When dealing with complex processes carried out by complex organizations, we encounter problems. It is natural to seek solutions to those problems. Unfortunately, those placed in positions of influence in creating solutions may not be well-equipped to understand a solution’s cascading effects.
When I served in the Navy, it was common to hear suggestions for preventing problems. Sometimes these solutions were heavy-handed mechanisms of preventing an error from ever occurring again. Were these ideas usually effective? Yes. Were they usually excessively costly? Yes. In the Navy, when somebody is struck with an idea like this, we would say that the person making the suggestion was influenced by “The Good Idea Fairy.”
Consider this scenario. A specialty manufacturer produces very complex industrial widgets. These are low-rate production items and are costly to produce. Even though specialized, the margins are only about 20%. Each widget costs $800,000 to produce and has a sale price of $1,000,000. The manufacturer has experienced challenges in adjusting all the tooling and processes required to build these precision widgets, but after a year of development they were confident in their processes. They went to production, manufacturing 24 widgets per year.
After about two years of consistent, full-scale production, the manufacturing line experienced a damaging production issue. A technician, when entering a set of precision settings on the manufacturing floor, made an error. The error could have been identified and corrected at a later stage, except that an intermediate quality step did not include the right checks to identify the issue. Though the QA process did not explicitly include adequate steps to identify the error, managers agree that a good QA technician still would have caught it. In this case, though, the QA technician passed the widget onto later stages where the error became unrecoverable. The result - the widget made it through the entire production process and was found to be completely worthless during final testing. A labor and materials investment of $800,000 was now useless scrap, and $1,000,000 of revenue was lost.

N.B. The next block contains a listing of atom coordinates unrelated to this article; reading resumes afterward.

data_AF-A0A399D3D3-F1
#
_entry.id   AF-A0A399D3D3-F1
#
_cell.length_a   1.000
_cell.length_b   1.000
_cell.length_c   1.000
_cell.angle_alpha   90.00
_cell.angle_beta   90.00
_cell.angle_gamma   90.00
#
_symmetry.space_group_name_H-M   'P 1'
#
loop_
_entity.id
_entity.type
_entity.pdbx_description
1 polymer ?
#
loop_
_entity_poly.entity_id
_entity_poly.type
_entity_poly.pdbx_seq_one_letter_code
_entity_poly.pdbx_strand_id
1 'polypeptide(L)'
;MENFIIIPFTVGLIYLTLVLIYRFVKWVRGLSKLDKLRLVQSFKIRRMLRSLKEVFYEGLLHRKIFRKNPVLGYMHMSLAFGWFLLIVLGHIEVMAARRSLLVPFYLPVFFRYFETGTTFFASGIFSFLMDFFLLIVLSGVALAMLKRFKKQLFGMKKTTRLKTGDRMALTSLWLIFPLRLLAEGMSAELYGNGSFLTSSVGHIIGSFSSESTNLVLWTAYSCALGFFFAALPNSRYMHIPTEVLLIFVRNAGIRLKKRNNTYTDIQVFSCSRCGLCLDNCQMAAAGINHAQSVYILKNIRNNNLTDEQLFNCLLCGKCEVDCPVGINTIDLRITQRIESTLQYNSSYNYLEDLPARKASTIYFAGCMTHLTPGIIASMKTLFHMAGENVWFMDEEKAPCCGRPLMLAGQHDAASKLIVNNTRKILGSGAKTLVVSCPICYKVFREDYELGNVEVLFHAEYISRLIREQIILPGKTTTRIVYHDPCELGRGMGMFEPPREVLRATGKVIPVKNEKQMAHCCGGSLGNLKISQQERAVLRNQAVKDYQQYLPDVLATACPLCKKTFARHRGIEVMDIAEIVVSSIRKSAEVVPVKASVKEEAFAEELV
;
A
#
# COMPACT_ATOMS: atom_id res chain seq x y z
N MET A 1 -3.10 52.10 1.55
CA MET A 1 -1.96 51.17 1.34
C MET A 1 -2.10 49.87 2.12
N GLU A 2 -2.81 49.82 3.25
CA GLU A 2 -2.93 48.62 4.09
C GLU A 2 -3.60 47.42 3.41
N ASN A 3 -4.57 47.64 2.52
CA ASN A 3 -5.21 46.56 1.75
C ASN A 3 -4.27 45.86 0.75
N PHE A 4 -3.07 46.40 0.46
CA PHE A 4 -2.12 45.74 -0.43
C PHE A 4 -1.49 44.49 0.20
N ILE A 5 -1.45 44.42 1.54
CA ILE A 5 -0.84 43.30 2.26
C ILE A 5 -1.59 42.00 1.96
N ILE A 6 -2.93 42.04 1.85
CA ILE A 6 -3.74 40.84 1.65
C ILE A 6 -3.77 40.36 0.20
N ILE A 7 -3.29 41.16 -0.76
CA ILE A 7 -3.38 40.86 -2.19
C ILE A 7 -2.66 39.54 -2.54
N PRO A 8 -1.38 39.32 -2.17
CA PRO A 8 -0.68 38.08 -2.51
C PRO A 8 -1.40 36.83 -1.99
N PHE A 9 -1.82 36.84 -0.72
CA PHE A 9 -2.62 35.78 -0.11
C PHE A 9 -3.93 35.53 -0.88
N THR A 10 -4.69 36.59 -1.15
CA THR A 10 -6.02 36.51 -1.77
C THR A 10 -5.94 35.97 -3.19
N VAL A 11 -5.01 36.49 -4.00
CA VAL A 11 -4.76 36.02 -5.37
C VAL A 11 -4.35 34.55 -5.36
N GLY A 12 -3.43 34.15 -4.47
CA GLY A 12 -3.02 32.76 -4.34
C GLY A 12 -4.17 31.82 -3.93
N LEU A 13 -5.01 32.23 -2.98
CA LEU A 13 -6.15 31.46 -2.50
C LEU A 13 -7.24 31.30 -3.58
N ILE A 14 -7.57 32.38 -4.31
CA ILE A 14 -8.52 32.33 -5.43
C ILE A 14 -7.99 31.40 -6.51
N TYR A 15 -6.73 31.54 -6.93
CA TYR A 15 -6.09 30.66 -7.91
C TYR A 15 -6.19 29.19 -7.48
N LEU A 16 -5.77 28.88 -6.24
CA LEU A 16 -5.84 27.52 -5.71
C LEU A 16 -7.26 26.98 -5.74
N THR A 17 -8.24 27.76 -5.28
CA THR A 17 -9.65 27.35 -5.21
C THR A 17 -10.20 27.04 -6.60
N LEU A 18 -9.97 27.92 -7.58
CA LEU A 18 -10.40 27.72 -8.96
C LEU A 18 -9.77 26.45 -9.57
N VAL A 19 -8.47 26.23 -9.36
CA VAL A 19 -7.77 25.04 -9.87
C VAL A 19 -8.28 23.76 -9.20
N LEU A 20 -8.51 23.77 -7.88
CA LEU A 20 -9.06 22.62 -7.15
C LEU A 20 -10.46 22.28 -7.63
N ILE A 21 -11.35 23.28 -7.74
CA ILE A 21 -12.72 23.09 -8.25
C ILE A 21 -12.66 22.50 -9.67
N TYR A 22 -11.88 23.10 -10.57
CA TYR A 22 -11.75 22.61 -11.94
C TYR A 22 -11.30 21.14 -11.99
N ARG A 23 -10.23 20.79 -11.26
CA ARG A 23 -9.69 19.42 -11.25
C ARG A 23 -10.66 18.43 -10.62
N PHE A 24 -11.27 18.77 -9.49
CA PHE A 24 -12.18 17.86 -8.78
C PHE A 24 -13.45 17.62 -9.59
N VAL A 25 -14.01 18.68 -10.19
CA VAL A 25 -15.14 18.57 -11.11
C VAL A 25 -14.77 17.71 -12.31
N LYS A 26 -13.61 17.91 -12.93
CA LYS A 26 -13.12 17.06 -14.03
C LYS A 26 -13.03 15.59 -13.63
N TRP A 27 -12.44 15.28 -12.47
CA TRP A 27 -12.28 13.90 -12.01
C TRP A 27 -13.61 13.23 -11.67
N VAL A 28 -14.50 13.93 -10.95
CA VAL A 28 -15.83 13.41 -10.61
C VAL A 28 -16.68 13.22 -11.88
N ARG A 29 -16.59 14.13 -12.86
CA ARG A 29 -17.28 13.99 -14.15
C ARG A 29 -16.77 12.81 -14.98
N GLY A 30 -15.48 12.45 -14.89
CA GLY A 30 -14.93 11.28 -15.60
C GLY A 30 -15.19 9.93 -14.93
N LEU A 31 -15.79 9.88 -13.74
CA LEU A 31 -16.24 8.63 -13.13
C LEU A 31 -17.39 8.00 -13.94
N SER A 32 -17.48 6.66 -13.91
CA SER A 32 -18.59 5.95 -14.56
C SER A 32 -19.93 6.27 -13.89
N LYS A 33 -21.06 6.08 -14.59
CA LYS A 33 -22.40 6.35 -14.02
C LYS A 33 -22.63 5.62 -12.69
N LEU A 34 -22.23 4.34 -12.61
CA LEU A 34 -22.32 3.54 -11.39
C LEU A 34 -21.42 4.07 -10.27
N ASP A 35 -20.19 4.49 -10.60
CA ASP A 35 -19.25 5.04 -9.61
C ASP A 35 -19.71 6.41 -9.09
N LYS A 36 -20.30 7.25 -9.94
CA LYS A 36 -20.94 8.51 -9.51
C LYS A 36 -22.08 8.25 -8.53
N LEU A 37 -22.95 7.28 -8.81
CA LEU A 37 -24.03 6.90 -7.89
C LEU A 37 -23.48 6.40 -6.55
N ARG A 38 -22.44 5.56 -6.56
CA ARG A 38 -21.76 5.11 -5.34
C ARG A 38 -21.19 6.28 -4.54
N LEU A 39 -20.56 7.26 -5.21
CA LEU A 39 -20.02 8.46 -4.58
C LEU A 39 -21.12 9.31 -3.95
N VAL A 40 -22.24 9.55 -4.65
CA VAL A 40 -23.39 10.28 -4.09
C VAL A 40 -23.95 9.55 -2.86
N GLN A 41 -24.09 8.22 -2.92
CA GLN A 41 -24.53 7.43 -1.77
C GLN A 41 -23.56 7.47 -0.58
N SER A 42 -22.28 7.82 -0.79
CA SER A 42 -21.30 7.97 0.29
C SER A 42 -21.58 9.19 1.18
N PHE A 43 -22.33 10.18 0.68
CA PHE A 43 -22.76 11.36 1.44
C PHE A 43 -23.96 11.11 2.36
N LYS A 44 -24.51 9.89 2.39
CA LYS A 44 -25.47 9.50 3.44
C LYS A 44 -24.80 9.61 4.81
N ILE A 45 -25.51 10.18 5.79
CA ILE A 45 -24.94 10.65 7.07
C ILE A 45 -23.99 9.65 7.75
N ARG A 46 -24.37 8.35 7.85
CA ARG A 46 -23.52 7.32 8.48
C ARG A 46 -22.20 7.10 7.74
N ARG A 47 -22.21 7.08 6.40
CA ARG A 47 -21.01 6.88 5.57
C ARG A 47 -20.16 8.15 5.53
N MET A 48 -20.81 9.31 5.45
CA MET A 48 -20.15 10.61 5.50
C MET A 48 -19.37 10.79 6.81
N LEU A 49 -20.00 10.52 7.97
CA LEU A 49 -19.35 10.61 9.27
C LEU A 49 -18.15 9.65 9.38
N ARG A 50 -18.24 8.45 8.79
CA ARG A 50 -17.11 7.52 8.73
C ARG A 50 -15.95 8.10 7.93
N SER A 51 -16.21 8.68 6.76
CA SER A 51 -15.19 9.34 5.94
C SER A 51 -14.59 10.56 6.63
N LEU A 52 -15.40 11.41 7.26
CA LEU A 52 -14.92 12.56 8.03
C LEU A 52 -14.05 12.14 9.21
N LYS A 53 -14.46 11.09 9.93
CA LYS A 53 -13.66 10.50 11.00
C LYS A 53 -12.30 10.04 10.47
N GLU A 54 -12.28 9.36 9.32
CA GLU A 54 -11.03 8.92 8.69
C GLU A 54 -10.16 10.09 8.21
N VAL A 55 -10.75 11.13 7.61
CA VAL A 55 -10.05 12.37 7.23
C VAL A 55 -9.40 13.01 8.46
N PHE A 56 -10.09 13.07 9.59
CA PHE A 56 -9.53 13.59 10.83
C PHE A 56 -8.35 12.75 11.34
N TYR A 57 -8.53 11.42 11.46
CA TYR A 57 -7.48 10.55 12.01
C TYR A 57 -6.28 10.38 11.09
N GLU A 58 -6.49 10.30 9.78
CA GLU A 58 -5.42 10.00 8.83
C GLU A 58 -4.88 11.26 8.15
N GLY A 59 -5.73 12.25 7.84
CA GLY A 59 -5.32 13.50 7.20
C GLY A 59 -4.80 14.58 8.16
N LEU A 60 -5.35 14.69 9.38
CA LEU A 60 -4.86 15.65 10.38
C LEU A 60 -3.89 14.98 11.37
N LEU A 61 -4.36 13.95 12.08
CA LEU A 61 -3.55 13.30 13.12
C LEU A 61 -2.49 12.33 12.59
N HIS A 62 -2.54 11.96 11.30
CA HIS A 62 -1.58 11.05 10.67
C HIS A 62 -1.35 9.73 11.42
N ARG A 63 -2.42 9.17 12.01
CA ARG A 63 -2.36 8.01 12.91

Management convened a retrospective (or “critique”, or “after-action review,” or “incident review,” etc.) and determined that additional supervision and checks on both steps of the process (entering the settings and performing QA) would prevent such an error from occurring ever again. These checks also included some extensive documentation which required additional time on the part of technicians and managers. The result is that the manufacturing company incurs an extra $15,000 production cost on each widget and the facility now produces 23 widgets per year, instead of the previous 24 per year. Management, however, was confident that these actions would entirely preclude similar errors in the future. The Good Idea Fairy had made her contribution.
Here are the figures for the production facility before and after the process change:
Since the facility operated for about two years with only one major error, we could infer that the likelihood of an error like this one is less than about 2.0% (one in 48 widgets during those two years). That would mean that, even if we penalized annual profit based on the assumption of one lost widget in every 48, we would still be realizing annual profit of $4.3 million (48 units at a cost of $800k each with 47 sales at $1,000,000 each, over two years).
In this case, management implemented a correction that was effective, if evaluated only for its ability to stop the problem from recurring. They reduced the chance of error to essentially zero. But the cost of implementing it reduced the profit value of the facility to $4.26 million per year, whereas it had been somewhere between $4.3 million and $4.8 million beforehand (we don’t accurately know the chance of error, but we can guess at 2% because it was only experienced once). Admittedly most situations are more complex than this hypothetical example, but the truth remains that decisions are often made without analyzing their impacts fully. Seeking operational improvements may have been the right instinct, but the manufacturer’s leadership should have done the work to determine the cost of the improvement. An improvement only makes sense if it is worth the cost it takes to achieve.
“The Good Idea Fairy” generally produces effective mechanisms for improving operations, but she is totally immune to considerations of cost or business value. She steers leaders to narrowly focused tactical wins and they pay the price with resounding strategic defeats. The Good Idea Fairy is often subtle, but always dangerous. Every decision-maker should learn to identify her and shun her.